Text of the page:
Mumbai: Third-quarter results for the 14 lenders that constitute the Bankex, the index for banking stocks, showed very little or no pressure at all on their margins. In fact, margins improved in most cases, surprising analysts.
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This was despite banks hiking deposit rates and the cost of funds going up consistently given the tight liquidity situation.
Now there is a sense that margins may have peaked already, or are close to peaking in the fourth quarter, and that the coming quarters in FY12 will see lower margins, impacting stocks.
Net interest margin (NIM), the difference between interest earned on advances and the cost of deposits, of the 14 lenders grew steadily. Private sector banks that have been enjoying a high NIM remained stable or saw a marginal fall.
State Bank of India (SBI), the country’s largest bank, improved its NIM to 3.61% in the December quarter from 2.82% a year ago. In the September quarter, the bank’s NIM was 3.43%.
The highest NIM among the public sector lenders was that of Punjab National Bank (PNB) at 4.13% against 3.64% in the year earlier and 4.06% in the preceding quarter. Overall, Kotak Mahindra Bank Ltd had the highest NIM, although it dropped to 5.3% from 6% a year ago. The largest private sector lender, ICICI Bank Ltd, managed to maintain NIM at 2.6%.
During this fiscal, banks have raised deposit rates by as much as 250 basis points (bps) and their lending rates by up to 100 bps since the introduction of the base rate system. One basis point is 0.01%. All fresh loans are disbursed at the base rate, which is the minimum lending rate for a bank.
Most of the rate movements happened after September and analysts had been expecting this to erode margins.
“The most positive surprise is improvement in margins in the third quarter. Most of us were expecting flat or falling NIMs, but that did not happen,” said Suresh Ganapathy, analyst at Macquarie Capital Securities (India) Pvt. Ltd. “Indeed, NIMs have peaked in this quarter and it won’t be surprising if NIMs fall by 20-25 bps in the next quarter.”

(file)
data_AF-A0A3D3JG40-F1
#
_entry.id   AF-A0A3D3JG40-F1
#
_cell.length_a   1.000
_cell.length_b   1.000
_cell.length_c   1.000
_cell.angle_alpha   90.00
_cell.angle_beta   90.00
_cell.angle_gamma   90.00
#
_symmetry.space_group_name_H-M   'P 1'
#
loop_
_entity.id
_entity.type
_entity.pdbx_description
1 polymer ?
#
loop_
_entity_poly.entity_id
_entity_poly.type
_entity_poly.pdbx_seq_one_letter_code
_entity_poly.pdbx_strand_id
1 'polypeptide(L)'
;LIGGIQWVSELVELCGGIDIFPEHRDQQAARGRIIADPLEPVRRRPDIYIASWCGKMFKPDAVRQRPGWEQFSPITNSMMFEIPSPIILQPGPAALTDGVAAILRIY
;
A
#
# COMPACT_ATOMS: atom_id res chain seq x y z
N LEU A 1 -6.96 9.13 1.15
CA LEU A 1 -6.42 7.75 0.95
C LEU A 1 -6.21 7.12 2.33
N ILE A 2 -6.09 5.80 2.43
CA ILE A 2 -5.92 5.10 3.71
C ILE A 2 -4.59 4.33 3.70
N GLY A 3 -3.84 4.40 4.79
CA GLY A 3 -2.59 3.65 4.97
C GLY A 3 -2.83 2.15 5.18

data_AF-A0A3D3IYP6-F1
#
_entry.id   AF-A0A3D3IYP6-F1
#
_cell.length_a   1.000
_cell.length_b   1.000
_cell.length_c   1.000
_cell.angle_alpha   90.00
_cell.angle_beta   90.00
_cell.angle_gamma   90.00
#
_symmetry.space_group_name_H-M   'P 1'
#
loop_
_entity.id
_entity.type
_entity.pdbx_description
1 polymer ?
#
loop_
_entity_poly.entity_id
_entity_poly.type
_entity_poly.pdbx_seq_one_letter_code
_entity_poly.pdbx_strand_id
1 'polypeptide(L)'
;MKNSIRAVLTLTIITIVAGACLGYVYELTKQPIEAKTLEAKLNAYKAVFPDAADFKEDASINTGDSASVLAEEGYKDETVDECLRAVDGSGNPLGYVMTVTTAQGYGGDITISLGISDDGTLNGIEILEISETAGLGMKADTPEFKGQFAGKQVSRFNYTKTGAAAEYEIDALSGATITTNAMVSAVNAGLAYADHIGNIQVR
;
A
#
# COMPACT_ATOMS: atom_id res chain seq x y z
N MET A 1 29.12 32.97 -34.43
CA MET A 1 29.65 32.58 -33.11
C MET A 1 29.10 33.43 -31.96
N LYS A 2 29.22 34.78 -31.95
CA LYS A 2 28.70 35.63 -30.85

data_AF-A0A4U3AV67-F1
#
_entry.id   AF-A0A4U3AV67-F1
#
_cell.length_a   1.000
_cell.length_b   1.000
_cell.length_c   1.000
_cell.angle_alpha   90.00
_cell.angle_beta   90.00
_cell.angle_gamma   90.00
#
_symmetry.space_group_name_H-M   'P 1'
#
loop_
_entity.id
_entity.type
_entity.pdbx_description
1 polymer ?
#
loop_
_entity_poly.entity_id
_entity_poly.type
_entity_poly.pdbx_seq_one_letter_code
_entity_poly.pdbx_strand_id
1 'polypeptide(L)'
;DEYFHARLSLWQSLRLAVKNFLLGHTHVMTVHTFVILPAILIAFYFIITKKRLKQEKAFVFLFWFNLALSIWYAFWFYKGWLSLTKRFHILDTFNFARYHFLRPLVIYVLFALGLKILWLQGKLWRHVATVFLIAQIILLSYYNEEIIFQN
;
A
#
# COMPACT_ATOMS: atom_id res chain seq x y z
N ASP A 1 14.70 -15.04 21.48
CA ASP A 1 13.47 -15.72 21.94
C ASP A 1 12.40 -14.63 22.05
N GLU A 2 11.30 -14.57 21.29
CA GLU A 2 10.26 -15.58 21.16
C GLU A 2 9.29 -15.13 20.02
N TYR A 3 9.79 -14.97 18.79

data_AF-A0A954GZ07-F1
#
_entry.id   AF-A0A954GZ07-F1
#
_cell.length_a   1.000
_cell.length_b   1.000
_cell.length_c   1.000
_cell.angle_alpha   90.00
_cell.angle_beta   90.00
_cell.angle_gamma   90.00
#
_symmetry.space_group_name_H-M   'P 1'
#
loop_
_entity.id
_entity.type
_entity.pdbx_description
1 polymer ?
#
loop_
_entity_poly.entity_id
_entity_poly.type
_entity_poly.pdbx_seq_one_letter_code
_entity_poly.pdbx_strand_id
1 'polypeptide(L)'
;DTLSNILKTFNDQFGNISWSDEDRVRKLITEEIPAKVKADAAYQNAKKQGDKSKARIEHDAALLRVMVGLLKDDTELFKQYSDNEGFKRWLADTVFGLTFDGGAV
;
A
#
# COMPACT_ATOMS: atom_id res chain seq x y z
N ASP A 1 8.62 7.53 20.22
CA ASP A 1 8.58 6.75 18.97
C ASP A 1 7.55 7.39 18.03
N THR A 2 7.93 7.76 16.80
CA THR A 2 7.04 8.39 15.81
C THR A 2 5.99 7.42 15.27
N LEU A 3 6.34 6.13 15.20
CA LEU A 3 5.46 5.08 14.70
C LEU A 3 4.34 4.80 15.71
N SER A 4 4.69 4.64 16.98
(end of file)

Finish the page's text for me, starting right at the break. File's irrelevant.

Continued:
Bankers are cautious about giving guidance on NIMs, although almost none of them expects the measure to improve.
In fact, banks that have reported NIM of more than 3% will be content if it stays at around that level.
M.D. Mallya, chairman and managing director of Bank of Baroda, which reported 3.82% NIM in the third quarter, expects it to remain at a “healthy level” even after a minor correction in the present number.
PNB chairman and managing director K.R. Kamath declined to estimate NIM at the lender’s earnings press conference.
SBI chairman O.P. Bhatt has already said there will be pressure on margins going forward. The reason for this is that loan rate increases take effect immediately, boosting income, but higher deposit rates take time to have an impact.
Banks are expected to raise deposit rates further as RBI has, in its third-quarter policy review on 25 January, prodded them to focus more on increasing the deposit base instead of depending on short-term money or lending from RBI.
Another key factor is that banks have finalized their net liability towards a second pension option for employees and have started making adjustments in the profit and loss account. In the last four-five quarters, banks have been providing for this but largely based on estimates. They were able to crystalise their liabilities in the third quarter as 31 December was the last day for employees to opt for the pension in most cases.
The liability numbers, to be spread over five years, are larger than estimated for most of the lenders.
For example, PNB now estimates its liability towards the second pension option at Rs3,600 crore against Rs2,500 crore previously. Bank of Baroda estimates its second pension option cost at about Rs2,060 crore, Canara Bank at Rs2,200 crore and Union Bank at Rs1,600 crore.
“The amount of revision in pension liabilities has been much bigger than expected. This has come as a negative surprise. However, this won’t affect profit much as the liability will be spread over five years,” said Ganapathy of Macquarie.
SBI doesn’t have any second pension option because it offers employees other facilities.
Analysts were not unduly concerned about the asset quality of banks even as provisions increased, but one factor that could pose a challenge is deterioration in fee income, according to an analyst with a domestic brokerage.
Graphic by Paras Jain/Mint